The AI in Mary’s room

In the Mary’s room thought ex­per­i­ment, Mary is a brilli­ant sci­en­tist in a black-and-white room who has never seen any colour. She can in­ves­ti­gate the out­side world through a black-and-white tele­vi­sion, and has piles of text­books on physics, op­tics, the eye, and the brain (and ev­ery­thing else of rele­vance to her con­di­tion). Through this she knows ev­ery­thing in­tel­lec­tu­ally there is to know about colours and how hu­mans re­act to them, but she hasn’t seen any colours at all.

After that, when she steps out of the room and sees red (or blue), does she learn any­thing? It seems that she does. Even if she doesn’t tech­ni­cally learn some­thing, she ex­pe­riences things she hadn’t ever be­fore, and her brain cer­tainly changes in new ways.

The ar­gu­ment was in­tended as a defence of qualia against cer­tain forms of ma­te­ri­al­ism. It’s in­ter­est­ing, and I don’t in­tent to solve it fully here. But just like I ex­tended Searle’s Chi­nese room ar­gu­ment from the per­spec­tive of an AI, it seems this ar­gu­ment can also be con­sid­ered from an AI’s per­spec­tive.

Con­sider a RL agent with a re­ward chan­nel, but which cur­rently re­ceives noth­ing from that chan­nel. The agent can know ev­ery­thing there is to know about it­self and the world. It can know about all sorts of other RL agents, and their re­ward chan­nels. It can ob­serve them get­ting their own re­wards. Maybe it could even in­ter­rupt or in­crease their re­wards. But, all this knowl­edge will not get it any re­ward. As long as its own chan­nel doesn’t send it the sig­nal, knowl­edge of other agents re­wards—even of iden­ti­cal agents get­ting re­wards—does not give this agent any re­ward. Ceci n’est pas une ré­com­pense.

This seems to mir­ror Mary’s situ­a­tion quite well—know­ing ev­ery­thing about the world is no sub­sti­tute from ac­tu­ally get­ting the re­ward/​see­ing red. Now, a RL’s agent re­ward seems closer to plea­sure than qualia—this would cor­re­spond to a Mary brought up in a pu­ri­tan­i­cal, plea­sure-hat­ing en­vi­ron­ment.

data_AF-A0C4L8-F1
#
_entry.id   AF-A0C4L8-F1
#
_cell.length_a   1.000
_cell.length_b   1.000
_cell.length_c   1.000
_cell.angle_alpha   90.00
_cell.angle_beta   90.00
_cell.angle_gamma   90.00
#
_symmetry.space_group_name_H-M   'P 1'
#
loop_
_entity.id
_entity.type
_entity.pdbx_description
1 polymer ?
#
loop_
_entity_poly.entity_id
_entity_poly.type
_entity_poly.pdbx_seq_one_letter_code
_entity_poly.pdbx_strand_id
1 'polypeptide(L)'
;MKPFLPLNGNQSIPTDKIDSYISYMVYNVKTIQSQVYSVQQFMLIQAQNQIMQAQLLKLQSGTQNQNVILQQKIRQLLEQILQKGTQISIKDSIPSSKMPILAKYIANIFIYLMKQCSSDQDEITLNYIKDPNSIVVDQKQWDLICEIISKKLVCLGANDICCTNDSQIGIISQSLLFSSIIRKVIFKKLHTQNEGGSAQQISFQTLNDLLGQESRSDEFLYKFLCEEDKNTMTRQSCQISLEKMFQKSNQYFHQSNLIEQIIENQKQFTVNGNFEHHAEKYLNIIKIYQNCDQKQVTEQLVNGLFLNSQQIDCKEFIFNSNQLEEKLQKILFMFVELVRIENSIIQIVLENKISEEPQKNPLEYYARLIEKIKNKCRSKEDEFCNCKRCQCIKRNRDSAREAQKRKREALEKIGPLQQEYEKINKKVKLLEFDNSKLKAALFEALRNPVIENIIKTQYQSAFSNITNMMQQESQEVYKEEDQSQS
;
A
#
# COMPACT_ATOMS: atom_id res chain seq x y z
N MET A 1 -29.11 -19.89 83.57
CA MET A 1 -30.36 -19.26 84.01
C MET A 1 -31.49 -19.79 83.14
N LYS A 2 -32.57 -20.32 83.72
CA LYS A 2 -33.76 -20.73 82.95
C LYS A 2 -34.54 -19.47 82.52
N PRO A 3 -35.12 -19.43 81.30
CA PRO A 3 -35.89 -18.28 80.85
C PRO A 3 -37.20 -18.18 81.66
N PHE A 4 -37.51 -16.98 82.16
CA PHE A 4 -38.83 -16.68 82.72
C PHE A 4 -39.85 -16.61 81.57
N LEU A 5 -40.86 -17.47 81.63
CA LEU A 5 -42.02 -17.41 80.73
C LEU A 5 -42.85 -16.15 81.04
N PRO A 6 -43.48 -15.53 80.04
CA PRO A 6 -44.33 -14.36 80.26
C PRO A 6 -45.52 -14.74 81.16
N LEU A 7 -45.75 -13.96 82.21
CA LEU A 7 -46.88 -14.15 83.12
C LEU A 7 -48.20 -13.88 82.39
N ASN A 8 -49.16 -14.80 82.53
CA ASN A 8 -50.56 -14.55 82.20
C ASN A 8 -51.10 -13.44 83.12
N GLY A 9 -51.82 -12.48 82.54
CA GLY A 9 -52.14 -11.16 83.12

Closer to the origi­nal ex­per­i­ment, we could imag­ine the AI is pro­grammed to en­ter into cer­tain spe­cific sub­rou­tines, when pre­sented with cer­tain stim­uli. The only way for the AI to start these sub­rou­tines, is if the stim­uli is pre­sented to them. Then, upon see­ing red, the AI en­ters a com­pletely new men­tal state, with new sub­rou­tines. The AI could know ev­ery­thing about its pro­gram­ming, and about the stim­u­lus, and, in­tel­lec­tu­ally, what would change about it­self if it saw red. But un­til it did, it would not en­ter that men­tal state.

If we use ⬜ to (in­for­mally) de­note “know­ing all about”, then ⬜(X→Y) does not im­ply Y. Here X and Y could be “see­ing red” and “the men­tal ex­pe­rience of see­ing red”. I could have sim­plified that by say­ing that ⬜Y does not im­ply Y. Know­ing about a men­tal state, even perfectly, does not put you in that men­tal state.

This closely re­sem­bles the origi­nal Mary’s room ex­per­i­ment. And it seems that if any­one in­sists that cer­tain fea­tures are nec­es­sary to the in­tu­ition be­hind Mary’s room, then these fea­tures could be added to this model as well.

Mary’s room is fas­ci­nat­ing, but it doesn’t seem to be talk­ing about hu­mans ex­clu­sively, or even about con­scious en­tities.